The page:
Certainly, there are few better ways of gaining an appreciation of the sacred waterway than on Loy River Song. The open and airy main salon is defined by exquisitely handprinted wallpaper, original hardwood surfaces, and low-slung furniture upholstered in sumptuous Thai silk. It opens into the elegant dining room and out onto a spacious deck, which – on our trip – starts the day as a space for sunrise yoga and ends it as the perfect spot to investigate the full scope of the drinks list.

Below the main deck, the ship's four cabins are appointed with dark teak floors, antique ceramics, and handpainted walls.

The traditional craftsmanship and regional influences at play on board are purposefully evocative of the elegance of old Siam. There’s a state-of-the-art stereo system tucked away in one of the reading nooks, but that’s about the only nod to modernity onboard.

It all feels very classic. And our “Journey Through Time” tour is aptly named. With only around approximately 100km between Bangkok and Ayutthaya, we don't exactly cover a huge amount of ground distance-wise throughout the three-day/two-night itinerary. But as we follow in the wake of kings, traders, and mighty armies past gold-spired temples and lavish palaces, the scent of history is as heady as the spicy aromas that occasionally drift in from riverside restaurants as we cruise by. 

On the way out of Bangkok, we take informative pitstops at Wat Arun and the National Museum of Royal Barges. Wat Arun, the missile-shaped Buddhist site known as the Temple of Dawn, is significant for several reasons. Not only is it beautiful to look at – whether up close or from one of the restaurants or bars on the opposite side of the river – it has also played a hugely significant role in Bangkok's history. It was here that King Taksin stumbled upon a small local shrine and interpreted the discovery as such an auspicious sign that he decreed that it should be the site of the new capital of Siam.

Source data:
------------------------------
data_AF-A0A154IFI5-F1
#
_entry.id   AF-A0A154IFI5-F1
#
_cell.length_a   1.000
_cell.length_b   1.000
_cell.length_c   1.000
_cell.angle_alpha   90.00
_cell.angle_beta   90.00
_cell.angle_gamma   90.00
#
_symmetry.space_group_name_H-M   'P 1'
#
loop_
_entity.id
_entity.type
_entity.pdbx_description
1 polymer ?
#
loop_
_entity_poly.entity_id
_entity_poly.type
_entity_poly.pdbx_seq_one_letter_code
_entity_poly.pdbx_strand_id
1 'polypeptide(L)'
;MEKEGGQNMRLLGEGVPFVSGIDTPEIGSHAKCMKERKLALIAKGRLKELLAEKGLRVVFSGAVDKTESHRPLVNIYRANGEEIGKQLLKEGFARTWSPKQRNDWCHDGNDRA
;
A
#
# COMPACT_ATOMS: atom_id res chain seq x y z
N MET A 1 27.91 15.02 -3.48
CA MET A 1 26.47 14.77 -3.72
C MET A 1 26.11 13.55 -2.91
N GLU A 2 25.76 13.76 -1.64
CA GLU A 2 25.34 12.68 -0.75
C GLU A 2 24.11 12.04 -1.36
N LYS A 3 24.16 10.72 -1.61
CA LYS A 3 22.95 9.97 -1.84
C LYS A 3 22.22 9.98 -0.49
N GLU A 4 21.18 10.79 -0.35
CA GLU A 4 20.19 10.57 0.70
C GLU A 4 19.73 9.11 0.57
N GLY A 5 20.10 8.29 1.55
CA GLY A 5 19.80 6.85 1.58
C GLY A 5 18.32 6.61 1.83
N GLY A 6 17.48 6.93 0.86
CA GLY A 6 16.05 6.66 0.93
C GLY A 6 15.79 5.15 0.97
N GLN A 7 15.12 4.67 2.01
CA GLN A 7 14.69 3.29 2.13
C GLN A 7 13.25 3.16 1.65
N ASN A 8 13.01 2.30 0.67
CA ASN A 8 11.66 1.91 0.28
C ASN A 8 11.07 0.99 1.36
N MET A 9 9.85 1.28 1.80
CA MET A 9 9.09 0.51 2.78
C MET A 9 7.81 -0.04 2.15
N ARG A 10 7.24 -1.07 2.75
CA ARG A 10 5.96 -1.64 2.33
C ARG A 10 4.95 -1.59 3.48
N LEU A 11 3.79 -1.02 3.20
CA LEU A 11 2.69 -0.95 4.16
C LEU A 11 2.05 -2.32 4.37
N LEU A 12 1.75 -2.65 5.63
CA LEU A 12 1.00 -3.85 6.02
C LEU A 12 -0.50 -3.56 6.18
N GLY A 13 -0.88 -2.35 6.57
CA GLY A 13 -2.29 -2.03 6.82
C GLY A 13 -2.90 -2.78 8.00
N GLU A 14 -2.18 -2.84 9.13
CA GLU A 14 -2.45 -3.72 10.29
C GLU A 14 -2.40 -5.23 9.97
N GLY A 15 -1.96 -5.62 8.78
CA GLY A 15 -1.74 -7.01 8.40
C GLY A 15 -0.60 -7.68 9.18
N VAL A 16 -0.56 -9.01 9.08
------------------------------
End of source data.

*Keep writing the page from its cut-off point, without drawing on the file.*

Dinner on board the Loy River Song against the backdrop of Wat Arun. (Photo: Loy Pela Voyages)

At the Museum of Royal Barges, the star attraction is the fleet of ornate barges used by the Thai family to move around their realm. Each one is long and slender, carved from a single, massive piece of teak and dripping with gold, gems, and colourful glass.

On the first evening, we moor beside an old royal temple called Wat Niwet Thammaprawat, which is incongruous for its European style. Famously in thrall to western culture, King Chulalongkorn commissioned Italian architect Gioachino Grossi to design it in 1876. An altarpiece that holds a polished-gold statue of the Buddha dominates the chapel.

If that feels jarringly “un-Thai”, the following day’s excursion – deep into the UNESCO-protected historical core of Ayutthaya – returns a sense of place to proceedings. Utilizing a long tail boat to negotiate the network of canals that were once the city's arteries, we stop by ruined wonders such as Wat Chaiwattanaram and the Khmer-style Wat Ratchaburana. The temples may no longer be fully intact, but the beauty of Ayutthaya is. However, it’s a melancholy allure: One steeped in the violence of centuries-long conflict between Thailand and invading forces.

(Photo: Loy Pela Voyages)

Immersing in Thailand’s history is intoxicating. For me, the best part about the trip is being treated like modern-day royalty onboard Loy River Song. Meals onboard are lavish affairs with Chef Ton’s menus drawing heavily on refined court recipes. Highlights include chuchee pla gao (grilled grouper with red curry and cucumber pickle), kaeaw waan nue (braised beef short rib with green curry risotto and pea eggplant), and pla neng manao (steamed seabass fillet with crushed Thai garden herbs and chili lime dressing). Between meals and excursions, I take a pew on the outside deck and meditate on my surroundings as Loy River Song ploughs through sheets of hyacinths on the water’s surface and passes the rice barges that still ply the route.

On our final morning, the rural scenery reassembles its urban shell as we cruise slowly back into Bangkok. Chef Ton prepares a lavish brunch banquet as a last culinary hurrah. Between sips of Champagne and slices of prime rib, I marvel once again at Bangkok's widescreen dimensions as fresh additions to the riverside scene like Icon Siam crowd the view alongside grand dames like the Oriental Hotel. It's a memorable end to an epic journey.

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Source: CNA/mm